As mentioned before, I think the "floating" Miku with her eyes closed and pigtails curling upward (called the "awakening" pose) shown on the front cover of the expansion pack is the only official illustration of the character in this design version. The Figma, fixed figurine and Nendoroid versions all come with parts to realize that pose, but there are more to that in each of them obviously. It would be mighty boring if the "awakening" pose is all that the Figma and Nendoroid figures could do. ^^; Understandably, the extra elements are for merchandising purpose, especially to folks who didn't know about the expansion pack (like me ^^;).

For me, I'm not really into the "awakening" pose, even after reading up on the character's backstory. Instead, I really like the gradient paint work on the figure and the semi-translucent look of her pigtails. ^^ All of that coupled with the "conventional" anime look of Miku, it's a very cute Figma figure. ^^ The same reasons prompted me to pick up the Nendoroid release as well. ^^

(Left) Product label and character name.
(Right) As with the character name shown in the right image, the product numbering of 100 is also in shiny silver. ^^

Except for her option hand units and Figma stand, all of Miku's accessories can be seen through the front window.

Typical Figma design on all sides of the box.

Introduction of the figure on the back of the box.

Miku's box is of same size as that of KOS-MOS Ver. 4.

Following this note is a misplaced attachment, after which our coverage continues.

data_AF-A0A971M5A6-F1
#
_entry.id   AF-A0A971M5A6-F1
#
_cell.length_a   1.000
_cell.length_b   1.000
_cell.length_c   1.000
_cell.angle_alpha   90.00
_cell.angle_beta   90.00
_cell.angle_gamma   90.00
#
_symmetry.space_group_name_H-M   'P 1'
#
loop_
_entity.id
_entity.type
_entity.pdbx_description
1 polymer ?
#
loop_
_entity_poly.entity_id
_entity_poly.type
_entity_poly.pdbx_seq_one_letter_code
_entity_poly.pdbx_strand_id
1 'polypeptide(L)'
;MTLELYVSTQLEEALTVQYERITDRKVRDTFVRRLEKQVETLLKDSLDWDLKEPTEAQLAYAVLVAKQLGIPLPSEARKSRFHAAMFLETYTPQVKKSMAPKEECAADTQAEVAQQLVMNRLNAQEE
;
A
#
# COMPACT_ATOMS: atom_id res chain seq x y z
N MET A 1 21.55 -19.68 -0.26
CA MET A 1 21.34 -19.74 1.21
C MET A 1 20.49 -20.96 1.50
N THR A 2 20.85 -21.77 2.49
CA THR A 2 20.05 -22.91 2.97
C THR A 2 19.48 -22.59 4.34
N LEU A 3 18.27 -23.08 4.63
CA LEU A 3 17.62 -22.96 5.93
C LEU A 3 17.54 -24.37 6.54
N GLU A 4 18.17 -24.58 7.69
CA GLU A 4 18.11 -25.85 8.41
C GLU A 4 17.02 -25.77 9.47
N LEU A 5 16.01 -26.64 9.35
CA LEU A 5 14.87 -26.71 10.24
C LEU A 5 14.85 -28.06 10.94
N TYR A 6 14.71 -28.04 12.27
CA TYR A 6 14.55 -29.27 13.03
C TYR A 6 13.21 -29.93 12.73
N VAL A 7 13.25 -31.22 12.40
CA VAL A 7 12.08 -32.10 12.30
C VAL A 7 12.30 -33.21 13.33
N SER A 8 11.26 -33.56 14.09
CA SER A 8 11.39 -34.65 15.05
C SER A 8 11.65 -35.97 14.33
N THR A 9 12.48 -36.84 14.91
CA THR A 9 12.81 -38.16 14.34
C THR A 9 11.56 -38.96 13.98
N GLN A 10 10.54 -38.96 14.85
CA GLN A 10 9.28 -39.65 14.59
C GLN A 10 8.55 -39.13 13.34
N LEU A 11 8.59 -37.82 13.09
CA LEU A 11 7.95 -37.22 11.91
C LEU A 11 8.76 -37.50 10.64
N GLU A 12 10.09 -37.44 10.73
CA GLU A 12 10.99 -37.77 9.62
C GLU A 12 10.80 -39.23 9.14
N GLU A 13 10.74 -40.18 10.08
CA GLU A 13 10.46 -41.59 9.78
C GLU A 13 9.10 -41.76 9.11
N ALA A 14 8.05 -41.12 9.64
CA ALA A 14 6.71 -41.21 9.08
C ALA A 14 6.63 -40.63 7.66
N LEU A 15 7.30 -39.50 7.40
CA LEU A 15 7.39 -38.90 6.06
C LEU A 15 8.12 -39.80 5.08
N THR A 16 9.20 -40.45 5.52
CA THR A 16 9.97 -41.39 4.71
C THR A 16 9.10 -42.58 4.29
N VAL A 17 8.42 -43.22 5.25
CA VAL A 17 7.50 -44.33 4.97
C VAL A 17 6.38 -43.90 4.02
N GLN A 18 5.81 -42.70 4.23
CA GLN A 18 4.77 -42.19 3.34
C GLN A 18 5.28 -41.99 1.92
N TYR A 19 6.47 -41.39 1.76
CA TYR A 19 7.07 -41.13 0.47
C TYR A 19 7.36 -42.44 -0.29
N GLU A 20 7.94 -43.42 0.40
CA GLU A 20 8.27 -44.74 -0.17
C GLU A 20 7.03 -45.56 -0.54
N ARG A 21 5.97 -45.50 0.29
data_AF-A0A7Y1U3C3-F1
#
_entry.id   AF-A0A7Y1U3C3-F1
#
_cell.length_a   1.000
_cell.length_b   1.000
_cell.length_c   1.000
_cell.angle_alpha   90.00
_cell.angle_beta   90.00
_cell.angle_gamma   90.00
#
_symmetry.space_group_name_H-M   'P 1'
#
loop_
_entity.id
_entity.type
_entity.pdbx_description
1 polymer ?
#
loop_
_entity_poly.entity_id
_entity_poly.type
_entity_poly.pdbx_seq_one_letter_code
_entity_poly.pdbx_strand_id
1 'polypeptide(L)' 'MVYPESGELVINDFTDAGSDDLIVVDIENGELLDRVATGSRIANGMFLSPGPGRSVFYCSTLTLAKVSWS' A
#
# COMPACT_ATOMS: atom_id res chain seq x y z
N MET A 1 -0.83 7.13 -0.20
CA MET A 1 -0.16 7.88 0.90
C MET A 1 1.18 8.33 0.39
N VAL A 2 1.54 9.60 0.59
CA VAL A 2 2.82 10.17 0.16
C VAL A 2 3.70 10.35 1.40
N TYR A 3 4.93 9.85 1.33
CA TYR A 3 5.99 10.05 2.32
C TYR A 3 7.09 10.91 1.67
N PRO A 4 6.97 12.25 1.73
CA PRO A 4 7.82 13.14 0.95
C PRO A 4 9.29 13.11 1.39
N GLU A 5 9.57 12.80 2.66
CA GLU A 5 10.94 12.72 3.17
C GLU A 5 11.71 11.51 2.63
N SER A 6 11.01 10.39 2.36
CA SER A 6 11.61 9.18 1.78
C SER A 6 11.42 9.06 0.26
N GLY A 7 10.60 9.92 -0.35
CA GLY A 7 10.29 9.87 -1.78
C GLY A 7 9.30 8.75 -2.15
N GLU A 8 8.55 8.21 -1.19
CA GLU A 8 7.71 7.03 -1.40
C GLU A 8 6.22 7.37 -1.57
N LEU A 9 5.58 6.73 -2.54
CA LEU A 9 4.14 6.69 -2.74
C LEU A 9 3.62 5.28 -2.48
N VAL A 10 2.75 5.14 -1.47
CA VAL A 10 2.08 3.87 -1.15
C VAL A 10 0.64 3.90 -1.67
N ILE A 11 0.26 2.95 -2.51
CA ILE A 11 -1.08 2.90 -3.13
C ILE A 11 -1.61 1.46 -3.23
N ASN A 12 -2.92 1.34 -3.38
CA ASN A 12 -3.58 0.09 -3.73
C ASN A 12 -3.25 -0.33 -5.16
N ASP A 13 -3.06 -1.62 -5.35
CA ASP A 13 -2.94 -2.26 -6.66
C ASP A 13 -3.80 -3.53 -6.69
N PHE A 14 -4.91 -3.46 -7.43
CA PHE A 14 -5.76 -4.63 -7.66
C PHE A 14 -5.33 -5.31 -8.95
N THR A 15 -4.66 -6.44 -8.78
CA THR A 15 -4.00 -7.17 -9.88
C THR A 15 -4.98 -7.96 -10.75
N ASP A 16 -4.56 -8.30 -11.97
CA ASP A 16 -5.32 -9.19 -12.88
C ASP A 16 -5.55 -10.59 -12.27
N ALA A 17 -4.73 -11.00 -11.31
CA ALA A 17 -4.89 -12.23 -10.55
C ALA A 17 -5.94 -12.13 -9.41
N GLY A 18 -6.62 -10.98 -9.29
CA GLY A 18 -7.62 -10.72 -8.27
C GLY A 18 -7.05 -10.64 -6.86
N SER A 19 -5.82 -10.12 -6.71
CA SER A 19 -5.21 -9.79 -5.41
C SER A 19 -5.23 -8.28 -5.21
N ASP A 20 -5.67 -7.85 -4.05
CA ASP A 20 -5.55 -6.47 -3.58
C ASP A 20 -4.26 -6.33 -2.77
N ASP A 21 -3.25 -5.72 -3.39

Comparison with the box of the Nendoroid version.

While the figures are obviously different, you can see the close similarity in terms of the colors used and even some of the figures' poses. ^^

Box open.

Text-based instruction on how to swap out the figure's face part printed on one of box's ears.

Front view of the package content.

Front view of the package content without the silver backdrop.

Closer look at the content.

Package content without the top cover.

Rear view of the package content.

Closer look at the content.

A small black wrapper that holds a secret item is taped to the top side of the plastic tray. ^^

A plain foil backdrop that is a lot shinier than the one included with S.H. Figuarts Kamen Rider Kiva Emperor Form reviewed not too long ago. ^^

The cover skin cutout section intended for di:stage display base.
The series name in elegant font face with flowery patterns around it is identical to the expansion pack's label on the official site. ^^

An instruction sheet showing the Append form's configuration is included.

Straight out of box display of Miku. ^^

Minus the protective wrappers currently on the figure, the straight-out-of-box display of Miku pretty much shows the "formal" pose of the figure, as depicted on the back of the box. ^^ The only thing missing is the display stand. ^^;

More images of Miku coming up in the next posting. ^^